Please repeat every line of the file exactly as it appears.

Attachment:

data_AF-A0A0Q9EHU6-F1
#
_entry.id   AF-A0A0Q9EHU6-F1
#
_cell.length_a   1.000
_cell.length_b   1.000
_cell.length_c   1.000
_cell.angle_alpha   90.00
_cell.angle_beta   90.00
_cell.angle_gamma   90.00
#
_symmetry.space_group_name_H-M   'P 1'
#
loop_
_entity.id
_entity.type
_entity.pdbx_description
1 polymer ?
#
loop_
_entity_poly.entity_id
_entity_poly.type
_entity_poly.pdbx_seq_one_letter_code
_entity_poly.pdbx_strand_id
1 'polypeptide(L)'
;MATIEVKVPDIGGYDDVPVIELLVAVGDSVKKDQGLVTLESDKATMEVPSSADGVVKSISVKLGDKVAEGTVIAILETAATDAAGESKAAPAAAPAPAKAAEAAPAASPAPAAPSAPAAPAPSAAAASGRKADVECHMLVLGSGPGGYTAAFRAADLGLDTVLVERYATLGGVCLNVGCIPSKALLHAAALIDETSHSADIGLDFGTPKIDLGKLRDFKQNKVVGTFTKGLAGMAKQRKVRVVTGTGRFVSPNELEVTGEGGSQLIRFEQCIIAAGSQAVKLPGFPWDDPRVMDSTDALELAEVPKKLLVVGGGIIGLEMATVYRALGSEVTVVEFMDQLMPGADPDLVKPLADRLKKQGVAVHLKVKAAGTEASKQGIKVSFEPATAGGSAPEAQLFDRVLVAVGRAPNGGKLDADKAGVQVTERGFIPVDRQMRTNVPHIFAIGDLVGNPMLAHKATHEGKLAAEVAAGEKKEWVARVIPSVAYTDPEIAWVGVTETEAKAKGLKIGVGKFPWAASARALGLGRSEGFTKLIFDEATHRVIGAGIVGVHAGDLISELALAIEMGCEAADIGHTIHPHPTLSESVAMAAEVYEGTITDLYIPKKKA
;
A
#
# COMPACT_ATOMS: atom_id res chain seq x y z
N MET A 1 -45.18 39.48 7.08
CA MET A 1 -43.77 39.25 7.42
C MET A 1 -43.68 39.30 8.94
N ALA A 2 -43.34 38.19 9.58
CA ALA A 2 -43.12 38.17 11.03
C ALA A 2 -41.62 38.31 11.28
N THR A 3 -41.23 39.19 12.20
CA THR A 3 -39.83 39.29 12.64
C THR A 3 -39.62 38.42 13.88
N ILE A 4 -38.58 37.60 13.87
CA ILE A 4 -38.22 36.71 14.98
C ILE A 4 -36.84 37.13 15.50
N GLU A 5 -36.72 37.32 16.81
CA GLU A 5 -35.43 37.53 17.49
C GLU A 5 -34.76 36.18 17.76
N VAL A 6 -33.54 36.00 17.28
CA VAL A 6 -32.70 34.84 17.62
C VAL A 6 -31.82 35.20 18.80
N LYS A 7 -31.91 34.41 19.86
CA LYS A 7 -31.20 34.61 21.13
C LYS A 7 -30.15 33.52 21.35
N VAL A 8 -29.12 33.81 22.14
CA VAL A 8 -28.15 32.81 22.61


data_AF-A0A0Q9EHU6-F1
#
_entry.id   AF-A0A0Q9EHU6-F1
#
_cell.length_a   1.000
_cell.length_b   1.000
_cell.length_c   1.000
_cell.angle_alpha   90.00
_cell.angle_beta   90.00
_cell.angle_gamma   90.00
#
_symmetry.space_group_name_H-M   'P 1'
#
loop_
_entity.id
_entity.type
_entity.pdbx_description
1 polymer ?
#
loop_
_entity_poly.entity_id
_entity_poly.type
_entity_poly.pdbx_seq_one_letter_code
_entity_poly.pdbx_strand_id
1 'polypeptide(L)'
;MATIEVKVPDIGGYDDVPVIELLVAVGDSVKKDQGLVTLESDKATMEVPSSADGVVKSISVKLGDKVAEGTVIAILETAATDAAGESKAAPAAAPAPAKAAEAAPAASPAPAAPSAPAAPAPSAAAASGRKADVECHMLVLGSGPGGYTAAFRAADLGLDTVLVERYATLGGVCLNVGCIPSKALLHAAALIDETSHSADIGLDFGTPKIDLGKLRDFKQNKVVGTFTKGLAGMAKQRKVRVVTGTGRFVSPNELEVTGEGGSQLIRFEQCIIAAGSQAVKLPGFPWDDPRVMDSTDALELAEVPKKLLVVGGGIIGLEMATVYRALGSEVTVVEFMDQLMPGADPDLVKPLADRLKKQGVAVHLKVKAAGTEASKQGIKVSFEPATAGGSAPEAQLFDRVLVAVGRAPNGGKLDADKAGVQVTERGFIPVDRQMRTNVPHIFAIGDLVGNPMLAHKATHEGKLAAEVAAGEKKEWVARVIPSVAYTDPEIAWVGVTETEAKAKGLKIGVGKFPWAASARALGLGRSEGFTKLIFDEATHRVIGAGIVGVHAGDLISELALAIEMGCEAADIGHTIHPHPTLSESVAMAAEVYEGTITDLYIPKKKA
;
A
#
# COMPACT_ATOMS: atom_id res chain seq x y z
N MET A 1 -45.18 39.48 7.08
CA MET A 1 -43.77 39.25 7.42
C MET A 1 -43.68 39.30 8.94
N ALA A 2 -43.34 38.19 9.58
CA ALA A 2 -43.12 38.17 11.03
C ALA A 2 -41.62 38.31 11.28
N THR A 3 -41.23 39.19 12.20
CA THR A 3 -39.83 39.29 12.64
C THR A 3 -39.62 38.42 13.88
N ILE A 4 -38.58 37.60 13.87
CA ILE A 4 -38.22 36.71 14.98
C ILE A 4 -36.84 37.13 15.50
N GLU A 5 -36.72 37.32 16.81
CA GLU A 5 -35.43 37.53 17.49
C GLU A 5 -34.76 36.18 17.76
N VAL A 6 -33.54 36.00 17.28
CA VAL A 6 -32.70 34.84 17.62
C VAL A 6 -31.82 35.20 18.80
N LYS A 7 -31.91 34.41 19.86
CA LYS A 7 -31.20 34.61 21.13
C LYS A 7 -30.15 33.52 21.35
N VAL A 8 -29.12 33.81 22.14
CA VAL A 8 -28.15 32.81 22.61